• info@shopcurious.com'
      August 20, 2011 at 18:12

      Much prefer the more classical look on a medal – shame they didn’t revert to the original 1896 design. The recent football medals look more like something you’d use in a coin operated laundrette.

  3. andrewnixon@blueyonder.co.uk'
    August 20, 2011 at 13:54

    But did they complain about all the tat in 1951? Mind you, £45 for the lions? Sheesh.

    ‘Wenlock’ is significant for the Wenlock Olympian Society Annual Games, a 19th C forerunner to the modern Olympics. Remarkable story, worth a look.

  4. info@shopcurious.com'
    August 20, 2011 at 14:16

    Thanks for the fascinating link, Brit – doesn’t appear to account for the weird, one-eyed mascot though..

    Re: the 1951 souvenirs, it would be interesting to hear the views of people who attended the Festival.What I’ve gleaned from relatives is the event as a whole was very impressive. And my opinion of the memorabilia is that it’s well made and useful.

    Worm, I agree, the current stuff is totally naff.

  5. jameshamilton1968@googlemail.com'
    James Hamilton
    August 20, 2011 at 14:42

    (I think my earlier comment might be in moderation because of too many links!)

    • Brit
      August 20, 2011 at 15:11

      Released from the holding pen – see above.

  6. info@shopcurious.com'
    August 20, 2011 at 14:55

    Earlier comment? Can’t see anything in admin, James…

  7. jameshamilton1968@googlemail.com'
    James Hamilton
    August 20, 2011 at 15:25

    Looking again at those sinister one-eyed policemen, it does rather reinforce the old saying “beyond satire”, doesn’t it? “2012” was supposed to be a comedy in the style of “The Office”, but I don’t remember anything remotely as ridiculous being floated in the programme as these.

  8. mail@danielkalder.com'
    August 20, 2011 at 17:15

    A few weeks back we were discussing declinism. I think here we see a clear example of how utterly rancid, in certain areas, the UK has become, n’est-ce pas?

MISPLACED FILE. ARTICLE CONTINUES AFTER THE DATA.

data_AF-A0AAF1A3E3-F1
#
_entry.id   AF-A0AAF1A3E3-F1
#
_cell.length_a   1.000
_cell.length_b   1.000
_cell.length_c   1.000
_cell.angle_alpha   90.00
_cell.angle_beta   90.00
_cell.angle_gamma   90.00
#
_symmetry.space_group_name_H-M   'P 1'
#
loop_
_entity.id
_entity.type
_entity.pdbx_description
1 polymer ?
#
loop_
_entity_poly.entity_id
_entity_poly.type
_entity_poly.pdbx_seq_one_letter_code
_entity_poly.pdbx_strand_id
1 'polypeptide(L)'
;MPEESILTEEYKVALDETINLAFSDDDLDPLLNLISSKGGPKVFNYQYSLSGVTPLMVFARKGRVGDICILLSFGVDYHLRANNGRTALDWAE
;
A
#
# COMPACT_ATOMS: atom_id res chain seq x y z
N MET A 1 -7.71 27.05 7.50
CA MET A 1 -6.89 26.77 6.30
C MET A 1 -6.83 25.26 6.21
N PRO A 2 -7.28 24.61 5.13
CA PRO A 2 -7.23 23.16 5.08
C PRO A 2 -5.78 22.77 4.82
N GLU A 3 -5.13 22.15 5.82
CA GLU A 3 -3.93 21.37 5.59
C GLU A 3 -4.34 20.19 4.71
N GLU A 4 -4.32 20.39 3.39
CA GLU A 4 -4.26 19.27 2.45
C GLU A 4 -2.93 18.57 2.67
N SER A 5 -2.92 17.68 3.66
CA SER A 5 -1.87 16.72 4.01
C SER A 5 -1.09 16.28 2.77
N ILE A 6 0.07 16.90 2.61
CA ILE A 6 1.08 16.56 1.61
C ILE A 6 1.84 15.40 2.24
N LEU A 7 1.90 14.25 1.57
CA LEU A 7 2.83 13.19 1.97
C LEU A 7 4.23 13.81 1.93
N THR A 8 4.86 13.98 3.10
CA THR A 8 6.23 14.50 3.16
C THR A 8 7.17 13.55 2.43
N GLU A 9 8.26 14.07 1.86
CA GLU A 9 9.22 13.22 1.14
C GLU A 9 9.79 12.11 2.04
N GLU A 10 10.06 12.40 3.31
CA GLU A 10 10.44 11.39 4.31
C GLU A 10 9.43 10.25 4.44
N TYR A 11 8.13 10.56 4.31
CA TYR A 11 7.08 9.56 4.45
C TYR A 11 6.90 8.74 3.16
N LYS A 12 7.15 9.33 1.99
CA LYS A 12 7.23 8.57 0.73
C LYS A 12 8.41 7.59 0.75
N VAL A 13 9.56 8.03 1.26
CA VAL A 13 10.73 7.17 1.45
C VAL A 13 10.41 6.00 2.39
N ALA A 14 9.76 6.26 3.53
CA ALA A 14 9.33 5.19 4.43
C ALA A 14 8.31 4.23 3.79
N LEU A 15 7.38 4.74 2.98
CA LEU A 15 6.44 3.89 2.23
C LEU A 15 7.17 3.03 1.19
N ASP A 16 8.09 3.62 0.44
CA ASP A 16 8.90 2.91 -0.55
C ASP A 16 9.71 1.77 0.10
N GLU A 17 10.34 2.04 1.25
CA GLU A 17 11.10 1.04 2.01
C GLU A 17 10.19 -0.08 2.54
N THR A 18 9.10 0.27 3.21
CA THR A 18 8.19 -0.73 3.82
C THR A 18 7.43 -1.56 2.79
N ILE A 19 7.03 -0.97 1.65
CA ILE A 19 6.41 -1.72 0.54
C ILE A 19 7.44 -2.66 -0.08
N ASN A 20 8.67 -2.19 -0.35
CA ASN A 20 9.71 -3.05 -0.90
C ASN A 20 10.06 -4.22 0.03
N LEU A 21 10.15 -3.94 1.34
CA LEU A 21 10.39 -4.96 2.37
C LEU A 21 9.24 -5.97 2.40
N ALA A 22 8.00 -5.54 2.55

9. info@shopcurious.com'
    August 20, 2011 at 18:23

    And they’ve spent lots of our money on this, Daniel.

    So far the Olympic venues all look rather splendid – and the recent Royal Wedding was well organised – so there’s hope we’ll manage to pull off the event at least. Shame we have to remember it this way though…

    • jameshamilton1968@googlemail.com'
      James Hamilton
      August 21, 2011 at 09:11

      I’m an optimist about this, Susan – you’re right, the venues do look very good (and we built them on time! and under budget!!). Perhaps we won’t remember the Olympics for the souvenirs, and indeed, to do so would be rather like criticizing the Festival of Britain because it led in the fullness of time to the building of the Hayward Gallery. And perhaps these horse-scaring souvenirs are really Hayward Gallery souvenirs, mildly retouched…

      • Gaw
        August 21, 2011 at 13:32

        Some of us even like all that South Bank concrete… But can we imagine what revolution of taste would be required to make us cherish those Limpick designs?

        At least they give us something to hang our pessimism on. Great venues, on time, under budget, and sold-out – it’s looking worryingly like a success.

  10. becandben@gmail.com'
    August 20, 2011 at 22:50

    Just asked my son if he wanted Wenlock PC for his fourth birthday. The answer was an emphatic “No”.

  11. dkldr@yahoo.com'
    August 21, 2011 at 06:42

    Advanced cretinism, at great cost.

  12. nigeandrew@gmail.com'
    August 21, 2011 at 18:42

    Great cost indeed, Daniel – not least to us poor sods who have to carry on trying to get to work and earn a living while this ludicrous jamboree is going on – at our expense, needless to say. London can only just cope with normal demand levels on its infrastructure, esp transport – one dreads to imagine what it will be like with all these extra people. Never mind, the Olympian panjandrums needn’t worry as they’re chauffeured at speed along VIP lanes while the rest of the city’s gridlocked. That’s not to mention the alarming possibilities opening up for would-be looters and terrorists… Oh and of course we’ll all be paying for it for generations to come. Isn’t life grand?
    Your images say it all, Susan – a great post. I wonder, by the way, if there were any souvenirs of the 1948 Olympics?

  13. Gaw
    August 21, 2011 at 21:11

    Don’t forget the Limpicks will be preceded by the Queen’s Diamond Jubilee celebrations, God willing. So we can probably look forward to even more of Nige’s inconveniences. At least the souvenirs – bone china mugs, etc. – will be more reliable.

  14. dkldr@yahoo.com'
    August 21, 2011 at 21:46

    They should make a one eyed QE II doll, a la Wenlock.